However, these approaches require specific reference compounds for each amino acid and the application was limited. In 2019, Perez-Miguez et al. newly proposed an alternative and generic approach for chiral separation of amino acids by employing TIMS and forming diastereomers through chemical derivatization with a chiral reagent ((+)-1-(9-fluorenyl)ethyl chloroformate (FLEC)).100) With the addition of an alkali metal ion of sodium, separation of the FLEC diastereomers of 17 amino acids was achieved (Fig. 8).

Fig. 8. TIMS-TOF-MS of 17 FLEC-amino acids using conditions optimized for each amino acid. Reprinted from R. Perez-Miguez, B. Bruyneel, M. Castro-Puyana, M. L. Marina, G. W. Somsen, E. Dominguez-Vega, Chiral Discrimination of DL-Amino Acids by Trapped Ion Mobility Spectrometry after Derivatization with (+)-1-(9-Fluorenyl)ethyl Chloroformate, Anal. Chem. (2019) 91, 5, 3277–3285 with permission. Copyright © 2019 American Chemical Society.

Protein structural analysis, isomers, and imaging

The study of the spatial distribution of proteins at tissue surfaces is crucial in the understanding, diagnosis, and treatment of many diseases. Targeted protein imaging strategies using antibodies, such as immunohistochemistry, are widely used in the pathology community and provide a very specific, sensitive and high-resolution image of their distribution. Multiplexed targeted protein imaging studies have become available in recent years that allow researchers to study several tens of different protein distributions simultaneously using a labeled antibody approach.101) Label-free imaging of intact proteins can be achieved with imaging MS when a non-targeted strategy is required. It is often used as a discovery tool to investigate tissue-specific local proteome differences. This approach, often performed with high throughput MALDI-TOF MSI systems in linear mode, is complementary to the antibody-based targeted methods. Most of the intact protein MSI studies use the protein patterns to distinguish different cell types on tissue,102) to trace the progression of a disease or to determine an effect of a drug treatment. Several research groups have investigated the use of MALDI MSI for the direct analysis of proteins from plant materials.103) While it has become evident that intact protein imaging and screening has added value in tissue typing and surface imaging several challenges remain. In particular protein identification, the examination of local PTMs and the related proteoform identification, protein conformational studies and protein complex investigation directly from a biological surface are key to true spatial proteomics. All these require an investigation of protein structure at different levels, from primary structure to the local quaternary structure of a protein complex. Therefore, the true challenge in protein imaging MS is a structural challenge. Researchers have been pushing the boundaries to obtain improved levels of protein structural information over the last decades. Here, we will concisely discuss some of the solutions that offer the potential to provide more detailed insight in protein structure.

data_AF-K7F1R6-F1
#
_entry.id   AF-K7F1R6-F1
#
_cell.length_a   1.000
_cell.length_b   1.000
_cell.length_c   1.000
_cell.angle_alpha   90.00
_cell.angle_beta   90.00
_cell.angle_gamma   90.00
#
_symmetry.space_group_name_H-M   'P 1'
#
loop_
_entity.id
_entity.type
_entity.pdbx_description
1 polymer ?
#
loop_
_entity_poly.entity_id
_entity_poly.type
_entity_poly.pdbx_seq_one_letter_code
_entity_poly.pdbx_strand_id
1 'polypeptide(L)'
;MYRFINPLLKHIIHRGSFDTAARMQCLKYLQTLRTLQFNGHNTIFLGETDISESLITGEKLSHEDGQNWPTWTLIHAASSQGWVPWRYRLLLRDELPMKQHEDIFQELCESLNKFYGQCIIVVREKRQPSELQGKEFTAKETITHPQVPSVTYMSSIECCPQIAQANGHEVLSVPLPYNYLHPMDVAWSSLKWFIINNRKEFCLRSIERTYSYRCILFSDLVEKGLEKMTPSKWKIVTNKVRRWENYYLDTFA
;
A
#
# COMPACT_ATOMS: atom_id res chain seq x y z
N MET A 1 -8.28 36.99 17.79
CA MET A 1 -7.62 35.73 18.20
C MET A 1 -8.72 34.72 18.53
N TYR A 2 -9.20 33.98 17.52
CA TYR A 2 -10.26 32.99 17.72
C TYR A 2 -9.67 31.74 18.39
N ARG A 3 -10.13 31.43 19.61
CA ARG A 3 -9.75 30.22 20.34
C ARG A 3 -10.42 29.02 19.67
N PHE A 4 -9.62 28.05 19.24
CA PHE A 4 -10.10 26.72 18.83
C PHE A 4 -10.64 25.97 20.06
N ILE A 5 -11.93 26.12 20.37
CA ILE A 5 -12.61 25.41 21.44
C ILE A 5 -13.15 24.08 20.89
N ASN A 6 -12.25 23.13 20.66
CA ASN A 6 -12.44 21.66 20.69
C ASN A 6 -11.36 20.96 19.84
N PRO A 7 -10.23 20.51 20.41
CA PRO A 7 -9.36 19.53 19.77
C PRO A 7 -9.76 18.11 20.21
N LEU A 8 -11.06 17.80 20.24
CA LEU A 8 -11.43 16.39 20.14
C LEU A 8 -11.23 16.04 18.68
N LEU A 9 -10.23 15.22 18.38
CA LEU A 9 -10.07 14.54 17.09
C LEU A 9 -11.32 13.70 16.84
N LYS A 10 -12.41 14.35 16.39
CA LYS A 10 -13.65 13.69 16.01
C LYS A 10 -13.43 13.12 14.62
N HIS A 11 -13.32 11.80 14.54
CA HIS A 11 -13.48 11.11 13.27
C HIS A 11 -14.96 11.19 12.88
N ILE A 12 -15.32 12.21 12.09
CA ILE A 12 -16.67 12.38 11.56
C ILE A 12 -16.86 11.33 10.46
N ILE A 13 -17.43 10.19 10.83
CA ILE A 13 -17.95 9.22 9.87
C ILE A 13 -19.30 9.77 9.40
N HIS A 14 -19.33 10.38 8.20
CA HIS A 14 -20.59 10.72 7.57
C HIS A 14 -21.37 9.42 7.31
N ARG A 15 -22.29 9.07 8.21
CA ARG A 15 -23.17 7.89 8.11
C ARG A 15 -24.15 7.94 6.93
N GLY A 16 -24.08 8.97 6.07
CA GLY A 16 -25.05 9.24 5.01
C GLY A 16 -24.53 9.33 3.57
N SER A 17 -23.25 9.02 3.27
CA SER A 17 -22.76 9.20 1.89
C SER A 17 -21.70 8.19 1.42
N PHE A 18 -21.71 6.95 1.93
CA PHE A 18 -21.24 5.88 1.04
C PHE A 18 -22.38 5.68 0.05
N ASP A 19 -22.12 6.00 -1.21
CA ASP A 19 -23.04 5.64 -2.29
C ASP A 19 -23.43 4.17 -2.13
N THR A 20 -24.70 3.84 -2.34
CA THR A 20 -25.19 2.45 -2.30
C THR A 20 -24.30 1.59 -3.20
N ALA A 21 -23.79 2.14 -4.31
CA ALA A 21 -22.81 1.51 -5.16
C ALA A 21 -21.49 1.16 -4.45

Protein structure determination

The amino acid sequence or primary structure of a protein can be readily determined by fragmenting the protein, either via digestion (bottom-up) or MS/MS (top-down). It is common practice in proteomics and results in thousands of protein identities from tissue extracts or other homogenized biological samples. The combined use of LC separations and high-performance MS has been an enabling technology in this field. MALDI-TOF MSI has three significant disadvantages when compared to proteomics. Firstly, it lacks the separation technologies, which results in significant ion suppression. Secondly, the mass resolving power of a linear TOF-MS system does not provide enough information to identify a protein. Lastly, the m/z range is limited as MALDI creates predominantly singly charged ions. This poses a challenge for researchers with an interest beyond protein-based tissue classification and that require protein identities. More analytical information is needed and a number of strategies have been developed to provide detailed local primary structural information. The added analytical information on protein structure is currently generated in three different manners: 1) the addition molecular resolving power, 2) the addition of ion mobility based structural separation and 3) the addition of LC to the MSI workflow.